Divorce Litigation Bullet Points 12: Marital Debt and the Family Home

Unhappy-couples-300x200Recently, I’ve been updating my blog with a series of bullet-point guides intended to help people who want to learn more about divorce litigation. This area of law can be a very complicated one for many people, and it’s often difficult to find the answers to all the questions you might have.

This bullet-point series bring together some handy insights on divorce litigation that I have written about over the years, and the concerns that might arise during a case. In this particular bullet point list, we’ll be looking at the concept of marital debt, and how it could be divided in a divorce – just like marital assets.

We’ll also look at the family home, and how the courts approach splitting the value of the home between partners.

Dividing Debts in Divorce Litigation

In a divorce case within New York, the courts use the concept of equitable distribution to split assets between a couple. This means that the assets divided between you and your spouse might not be shared “50/50”, but they are distributed in a way that the courts deem fair (if the parties and their divorce lawyers are not able to work out what is fair by agreement), based on the circumstances in play. During equitable distribution, it isn’t just assets that need to be considered, but debts too.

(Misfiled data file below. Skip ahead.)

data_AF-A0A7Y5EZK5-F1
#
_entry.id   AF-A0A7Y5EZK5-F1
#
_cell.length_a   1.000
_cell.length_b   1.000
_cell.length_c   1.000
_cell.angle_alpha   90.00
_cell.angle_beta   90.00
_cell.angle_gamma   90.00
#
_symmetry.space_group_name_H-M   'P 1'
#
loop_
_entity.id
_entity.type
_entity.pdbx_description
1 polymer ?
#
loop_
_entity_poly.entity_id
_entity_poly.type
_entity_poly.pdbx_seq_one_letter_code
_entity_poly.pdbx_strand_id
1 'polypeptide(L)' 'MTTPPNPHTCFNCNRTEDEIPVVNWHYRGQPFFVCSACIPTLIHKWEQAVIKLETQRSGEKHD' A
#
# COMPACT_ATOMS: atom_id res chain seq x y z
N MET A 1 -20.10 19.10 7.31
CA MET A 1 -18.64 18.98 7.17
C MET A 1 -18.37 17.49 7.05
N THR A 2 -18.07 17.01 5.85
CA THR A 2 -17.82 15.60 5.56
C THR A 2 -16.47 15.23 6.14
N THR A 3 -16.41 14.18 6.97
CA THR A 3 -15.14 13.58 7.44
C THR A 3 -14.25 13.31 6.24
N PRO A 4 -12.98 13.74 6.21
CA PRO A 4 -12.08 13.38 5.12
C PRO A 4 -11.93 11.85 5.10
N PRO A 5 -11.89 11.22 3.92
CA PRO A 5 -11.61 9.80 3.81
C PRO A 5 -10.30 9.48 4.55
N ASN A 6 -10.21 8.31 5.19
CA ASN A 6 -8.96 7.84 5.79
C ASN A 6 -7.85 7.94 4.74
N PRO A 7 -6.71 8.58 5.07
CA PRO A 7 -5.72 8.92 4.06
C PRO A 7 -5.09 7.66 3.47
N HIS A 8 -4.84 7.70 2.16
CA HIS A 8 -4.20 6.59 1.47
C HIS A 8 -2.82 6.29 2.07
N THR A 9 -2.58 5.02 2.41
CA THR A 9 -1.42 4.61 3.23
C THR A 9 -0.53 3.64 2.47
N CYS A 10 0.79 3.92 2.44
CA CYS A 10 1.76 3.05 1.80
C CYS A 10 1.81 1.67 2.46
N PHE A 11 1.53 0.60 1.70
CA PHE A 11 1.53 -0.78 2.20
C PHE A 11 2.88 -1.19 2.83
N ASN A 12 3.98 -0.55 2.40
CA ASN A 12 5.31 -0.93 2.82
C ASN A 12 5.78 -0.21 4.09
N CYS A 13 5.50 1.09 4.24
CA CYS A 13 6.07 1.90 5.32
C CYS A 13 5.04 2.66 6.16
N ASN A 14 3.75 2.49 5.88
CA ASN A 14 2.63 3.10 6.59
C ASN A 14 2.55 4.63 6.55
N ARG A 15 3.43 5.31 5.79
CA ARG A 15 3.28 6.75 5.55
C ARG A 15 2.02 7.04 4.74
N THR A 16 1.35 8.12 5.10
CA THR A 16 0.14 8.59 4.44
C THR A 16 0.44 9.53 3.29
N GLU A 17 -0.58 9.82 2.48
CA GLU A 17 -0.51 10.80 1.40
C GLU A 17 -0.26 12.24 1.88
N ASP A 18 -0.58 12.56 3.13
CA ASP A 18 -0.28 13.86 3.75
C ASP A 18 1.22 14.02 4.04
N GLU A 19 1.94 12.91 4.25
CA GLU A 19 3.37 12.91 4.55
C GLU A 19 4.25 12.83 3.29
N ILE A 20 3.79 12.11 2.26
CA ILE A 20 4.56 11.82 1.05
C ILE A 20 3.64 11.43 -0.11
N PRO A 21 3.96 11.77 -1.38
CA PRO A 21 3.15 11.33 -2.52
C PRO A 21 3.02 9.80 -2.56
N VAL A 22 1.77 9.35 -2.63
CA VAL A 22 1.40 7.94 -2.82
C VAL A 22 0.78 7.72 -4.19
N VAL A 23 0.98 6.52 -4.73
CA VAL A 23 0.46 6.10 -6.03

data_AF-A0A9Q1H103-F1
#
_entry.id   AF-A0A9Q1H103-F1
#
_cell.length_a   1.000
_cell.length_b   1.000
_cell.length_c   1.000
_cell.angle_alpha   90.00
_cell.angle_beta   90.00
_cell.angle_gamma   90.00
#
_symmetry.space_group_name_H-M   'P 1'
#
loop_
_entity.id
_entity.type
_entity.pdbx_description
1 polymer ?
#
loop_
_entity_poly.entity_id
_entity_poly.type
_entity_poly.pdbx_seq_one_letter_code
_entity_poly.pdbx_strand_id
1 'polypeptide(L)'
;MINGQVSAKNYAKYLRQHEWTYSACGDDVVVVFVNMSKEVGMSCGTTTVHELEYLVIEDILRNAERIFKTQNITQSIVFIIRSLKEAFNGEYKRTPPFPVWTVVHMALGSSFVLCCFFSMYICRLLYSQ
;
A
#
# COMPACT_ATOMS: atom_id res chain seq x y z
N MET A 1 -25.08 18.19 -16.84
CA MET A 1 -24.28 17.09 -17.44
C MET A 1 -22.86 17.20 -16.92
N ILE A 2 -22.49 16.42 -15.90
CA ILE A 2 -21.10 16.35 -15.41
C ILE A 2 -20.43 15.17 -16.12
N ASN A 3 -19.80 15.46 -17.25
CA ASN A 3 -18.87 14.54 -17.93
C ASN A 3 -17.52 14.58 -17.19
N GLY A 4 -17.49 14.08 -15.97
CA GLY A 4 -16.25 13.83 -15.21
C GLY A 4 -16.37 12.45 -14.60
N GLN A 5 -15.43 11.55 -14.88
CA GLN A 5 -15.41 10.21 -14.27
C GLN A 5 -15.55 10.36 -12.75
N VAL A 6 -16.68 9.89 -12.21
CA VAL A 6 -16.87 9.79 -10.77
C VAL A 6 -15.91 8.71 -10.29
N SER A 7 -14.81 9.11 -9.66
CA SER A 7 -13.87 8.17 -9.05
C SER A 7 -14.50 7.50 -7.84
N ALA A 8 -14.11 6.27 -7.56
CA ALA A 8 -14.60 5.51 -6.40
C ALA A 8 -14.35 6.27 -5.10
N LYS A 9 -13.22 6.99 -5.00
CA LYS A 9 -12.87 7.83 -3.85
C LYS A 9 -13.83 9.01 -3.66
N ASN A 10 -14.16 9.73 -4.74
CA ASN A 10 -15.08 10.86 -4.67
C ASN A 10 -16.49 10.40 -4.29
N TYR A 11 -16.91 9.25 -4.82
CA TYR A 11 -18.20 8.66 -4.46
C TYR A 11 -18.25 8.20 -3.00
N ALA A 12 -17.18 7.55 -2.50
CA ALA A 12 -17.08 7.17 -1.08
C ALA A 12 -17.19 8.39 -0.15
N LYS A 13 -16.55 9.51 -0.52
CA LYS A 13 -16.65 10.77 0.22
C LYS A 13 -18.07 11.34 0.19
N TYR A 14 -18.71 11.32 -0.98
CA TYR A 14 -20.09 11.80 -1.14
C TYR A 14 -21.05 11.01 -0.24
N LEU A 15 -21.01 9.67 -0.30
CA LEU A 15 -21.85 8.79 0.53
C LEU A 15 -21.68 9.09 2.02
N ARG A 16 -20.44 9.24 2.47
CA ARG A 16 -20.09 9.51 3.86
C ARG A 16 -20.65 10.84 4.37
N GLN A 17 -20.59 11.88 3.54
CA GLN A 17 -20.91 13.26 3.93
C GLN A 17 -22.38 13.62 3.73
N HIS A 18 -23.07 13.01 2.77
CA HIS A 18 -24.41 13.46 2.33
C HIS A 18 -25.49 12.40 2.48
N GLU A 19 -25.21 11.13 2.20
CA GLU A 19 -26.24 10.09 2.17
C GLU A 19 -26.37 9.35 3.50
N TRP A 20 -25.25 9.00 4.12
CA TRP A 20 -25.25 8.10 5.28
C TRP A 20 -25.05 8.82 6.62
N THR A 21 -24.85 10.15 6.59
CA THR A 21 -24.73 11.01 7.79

• Marital assets and marital debts must both be divided in a divorce in a way that the court considers to be fair, based on the equitable distribution. This means assessing both the value of the shared assets between the spouses, and the value of the debts that are marital in nature.
  • Marital debts are those defined by the courts to be shared between the two spouses. Debt acquired during the course of a marriage is generally regarded as marital debt, provided it is used for marital purposes, and therefore can be shared between the parties involved. The couples in a divorce can choose to settle the debt before a trial, if not then the court will decide what to do for them.
  • The law for New York indicates that financial obligations that occur during a marriage which cannot be identified as belonging to one spouse (separate debt) in addition to the assets that are set to be divided. However, proof is necessary to demonstrate that the debts were created for a marital purpose.
  • The person claiming the marital debt must prove that the debt they’re referencing came from marital purposes, such as paying household bills, for instance. When the courts are considering how to divide both debts and assets, they will look at the documents provided, as well as testimony, to determine whether there is a link between the debt and the marriage itself.

Dividing a Family Home in Divorce Litigation

Sometimes, dividing debts and assets in a divorce is simple. When it’s clear that a debt belongs to both of the parties in a marriage – such as the debt for the marital residence that belong to both parties – then it can be divided between both spouses. However, not all assets in a divorce are so easy to divide. One of the most complicated decisions to make during a divorce, is what to do with the family home.